Similar to microbiome structures [14, 54], microbial co-occurrence networks showed strong temporal and spatial patterns with distinct property and stability (Fig. 2-5, Fig S2-S4 and Table 1). Our results showed that consistent patterns of microbial networks were observed at different taxonomic levels. These differences are likely due to strong gradients in seasonality, salinity, nutrient availability, and other causal environmental factors [11, 18, 89, 90]. CB, the largest estuary in northeast America, experience typical seasonal changes and constant freshwater/oceanic water input and exchange. The dynamic estuarine gradients lead to large variations in bulk bacterial production and biomass [19, 20], and community composition [11, 22], and subsequently affecting the property and stability of microbial networks (this study, Fig. 2-6 and Table 1; [52, 91, 92]).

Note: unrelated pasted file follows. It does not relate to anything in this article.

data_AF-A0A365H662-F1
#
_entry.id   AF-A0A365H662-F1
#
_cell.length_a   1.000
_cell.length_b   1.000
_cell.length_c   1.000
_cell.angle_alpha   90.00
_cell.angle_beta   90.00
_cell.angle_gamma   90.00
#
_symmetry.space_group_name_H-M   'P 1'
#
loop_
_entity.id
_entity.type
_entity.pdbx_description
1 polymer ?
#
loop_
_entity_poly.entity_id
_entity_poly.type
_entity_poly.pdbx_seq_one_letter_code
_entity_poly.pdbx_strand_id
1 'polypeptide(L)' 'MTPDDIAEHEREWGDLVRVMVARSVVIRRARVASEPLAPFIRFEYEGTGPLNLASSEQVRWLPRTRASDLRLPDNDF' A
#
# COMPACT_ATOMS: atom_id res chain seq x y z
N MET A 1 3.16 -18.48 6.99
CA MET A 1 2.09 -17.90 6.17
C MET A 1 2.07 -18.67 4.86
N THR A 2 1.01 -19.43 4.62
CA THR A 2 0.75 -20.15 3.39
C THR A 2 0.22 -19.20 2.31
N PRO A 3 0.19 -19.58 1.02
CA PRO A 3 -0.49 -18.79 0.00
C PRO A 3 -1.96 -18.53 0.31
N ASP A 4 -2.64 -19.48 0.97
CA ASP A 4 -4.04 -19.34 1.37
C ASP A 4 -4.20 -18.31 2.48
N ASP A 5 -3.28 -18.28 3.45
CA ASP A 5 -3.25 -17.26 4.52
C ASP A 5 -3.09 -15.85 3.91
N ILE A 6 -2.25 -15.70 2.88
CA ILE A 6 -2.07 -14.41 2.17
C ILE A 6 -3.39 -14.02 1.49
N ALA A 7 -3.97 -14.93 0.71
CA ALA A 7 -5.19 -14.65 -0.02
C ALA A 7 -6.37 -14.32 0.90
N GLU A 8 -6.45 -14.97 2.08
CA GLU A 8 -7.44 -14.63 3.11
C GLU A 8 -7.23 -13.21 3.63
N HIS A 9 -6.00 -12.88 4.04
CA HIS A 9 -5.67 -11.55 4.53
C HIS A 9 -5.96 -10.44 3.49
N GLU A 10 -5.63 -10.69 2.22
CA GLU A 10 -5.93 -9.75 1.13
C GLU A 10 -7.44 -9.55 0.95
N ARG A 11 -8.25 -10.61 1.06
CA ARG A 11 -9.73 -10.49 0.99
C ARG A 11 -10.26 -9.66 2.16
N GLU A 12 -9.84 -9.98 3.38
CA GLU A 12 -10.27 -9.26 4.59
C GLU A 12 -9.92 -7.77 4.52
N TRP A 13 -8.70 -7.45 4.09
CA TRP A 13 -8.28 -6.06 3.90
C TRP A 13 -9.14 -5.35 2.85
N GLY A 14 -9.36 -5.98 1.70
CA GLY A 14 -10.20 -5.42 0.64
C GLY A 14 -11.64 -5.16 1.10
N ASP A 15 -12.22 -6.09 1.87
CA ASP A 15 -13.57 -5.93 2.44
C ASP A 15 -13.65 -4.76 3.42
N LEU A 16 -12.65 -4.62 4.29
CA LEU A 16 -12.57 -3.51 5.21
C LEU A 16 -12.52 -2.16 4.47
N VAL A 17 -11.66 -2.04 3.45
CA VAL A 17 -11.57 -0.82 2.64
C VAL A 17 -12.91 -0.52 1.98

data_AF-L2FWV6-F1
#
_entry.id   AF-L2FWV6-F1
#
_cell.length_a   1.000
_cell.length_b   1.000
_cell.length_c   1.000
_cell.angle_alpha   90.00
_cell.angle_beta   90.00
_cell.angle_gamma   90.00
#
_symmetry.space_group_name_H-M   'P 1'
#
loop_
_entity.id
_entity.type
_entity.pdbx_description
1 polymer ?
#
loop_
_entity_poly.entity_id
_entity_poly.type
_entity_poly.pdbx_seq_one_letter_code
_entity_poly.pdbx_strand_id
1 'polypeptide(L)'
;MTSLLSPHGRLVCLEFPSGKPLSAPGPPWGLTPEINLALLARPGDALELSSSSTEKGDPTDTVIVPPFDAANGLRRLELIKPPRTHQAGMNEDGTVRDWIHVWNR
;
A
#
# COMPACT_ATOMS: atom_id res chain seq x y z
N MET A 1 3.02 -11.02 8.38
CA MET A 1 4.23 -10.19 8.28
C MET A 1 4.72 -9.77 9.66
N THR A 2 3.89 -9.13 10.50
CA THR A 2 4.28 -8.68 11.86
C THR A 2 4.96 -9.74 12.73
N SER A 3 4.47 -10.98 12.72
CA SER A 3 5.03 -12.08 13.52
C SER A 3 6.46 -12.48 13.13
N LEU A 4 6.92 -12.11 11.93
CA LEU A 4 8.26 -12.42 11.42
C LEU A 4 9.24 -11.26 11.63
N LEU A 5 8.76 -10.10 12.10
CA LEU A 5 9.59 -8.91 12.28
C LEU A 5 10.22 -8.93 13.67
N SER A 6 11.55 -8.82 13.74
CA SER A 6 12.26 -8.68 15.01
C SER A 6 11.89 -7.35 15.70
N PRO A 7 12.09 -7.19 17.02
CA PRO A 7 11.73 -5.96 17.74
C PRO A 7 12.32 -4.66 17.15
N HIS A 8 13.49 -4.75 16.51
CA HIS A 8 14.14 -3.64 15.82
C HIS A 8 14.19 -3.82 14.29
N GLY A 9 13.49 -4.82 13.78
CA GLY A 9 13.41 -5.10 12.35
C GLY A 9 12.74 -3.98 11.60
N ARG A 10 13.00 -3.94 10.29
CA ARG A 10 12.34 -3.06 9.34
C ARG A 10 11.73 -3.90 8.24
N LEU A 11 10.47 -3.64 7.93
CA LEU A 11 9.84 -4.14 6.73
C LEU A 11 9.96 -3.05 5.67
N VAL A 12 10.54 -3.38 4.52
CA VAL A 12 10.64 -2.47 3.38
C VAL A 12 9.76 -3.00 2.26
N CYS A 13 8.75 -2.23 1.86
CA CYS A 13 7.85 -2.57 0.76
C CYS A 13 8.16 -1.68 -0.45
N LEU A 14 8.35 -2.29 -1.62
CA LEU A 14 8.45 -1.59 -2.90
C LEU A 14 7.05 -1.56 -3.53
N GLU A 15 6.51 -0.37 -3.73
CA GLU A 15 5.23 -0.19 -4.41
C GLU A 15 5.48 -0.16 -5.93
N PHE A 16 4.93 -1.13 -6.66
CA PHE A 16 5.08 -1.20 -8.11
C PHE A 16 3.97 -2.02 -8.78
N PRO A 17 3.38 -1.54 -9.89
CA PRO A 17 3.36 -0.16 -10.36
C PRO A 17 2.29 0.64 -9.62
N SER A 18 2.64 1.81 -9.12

Warm season microbial networks revealed high number of edges, high average degree, hign graph density, low number of components and clusters, low fragmentation, high modularity, and high number of negative links. Stronger correlations between node-normalized degree and betweenness centrality and less variability of fragmentation after removing the potential 10 “gatekeepers” were also observed in the networks for summer and autumn (Fig. 4 and Table 1). These results indicated that microbial networks were more stable during warm seasons compared to those in winter and spring. Microbial co-occurrence affected by temporal variations were also found in Alaska Beaufort Sea coast , the San Pedro Ocean Time-series station , and the Lake Mendota . The higher number of nodes in the co-occurrence networks of warm season agrees with the previously reported high microbial diversity in the Bay [14, 54]. High biodiversity is able to promote co-occurrence between microbial communities , and these biotic associations including competition, are commonly thought to increase co-occurrence in microbial networks as they refer to common resources and environmental conditions [30, 95, 96]. In addition, increase in grazer richness has a positive effect on the bacterial richness and evenness , stemming primarily from the widespread distribution of resources and then resulting in ecological niche complementarity [98–100]. Finally, this stability is also due to long residence time and relatively high growth rate (and mortality) of different microbial populations [20, 90], which allows estuarine bacteria overwhelm those allochthonous populations from marine or freshwater . Therefore, stable prokaryotic microbial networks in warm season in the Bay may arise from a better balance of the microbial associations (e.g., mutual, competitive and prey) and nutrient availability during summer and autumn than winter and spring [11, 20, 102]. In contrast, microbial associations in cold seasons contained high fragmentation and it may be reinforced by stronger nutrient limitations and lower growth rates (due to low temperature) .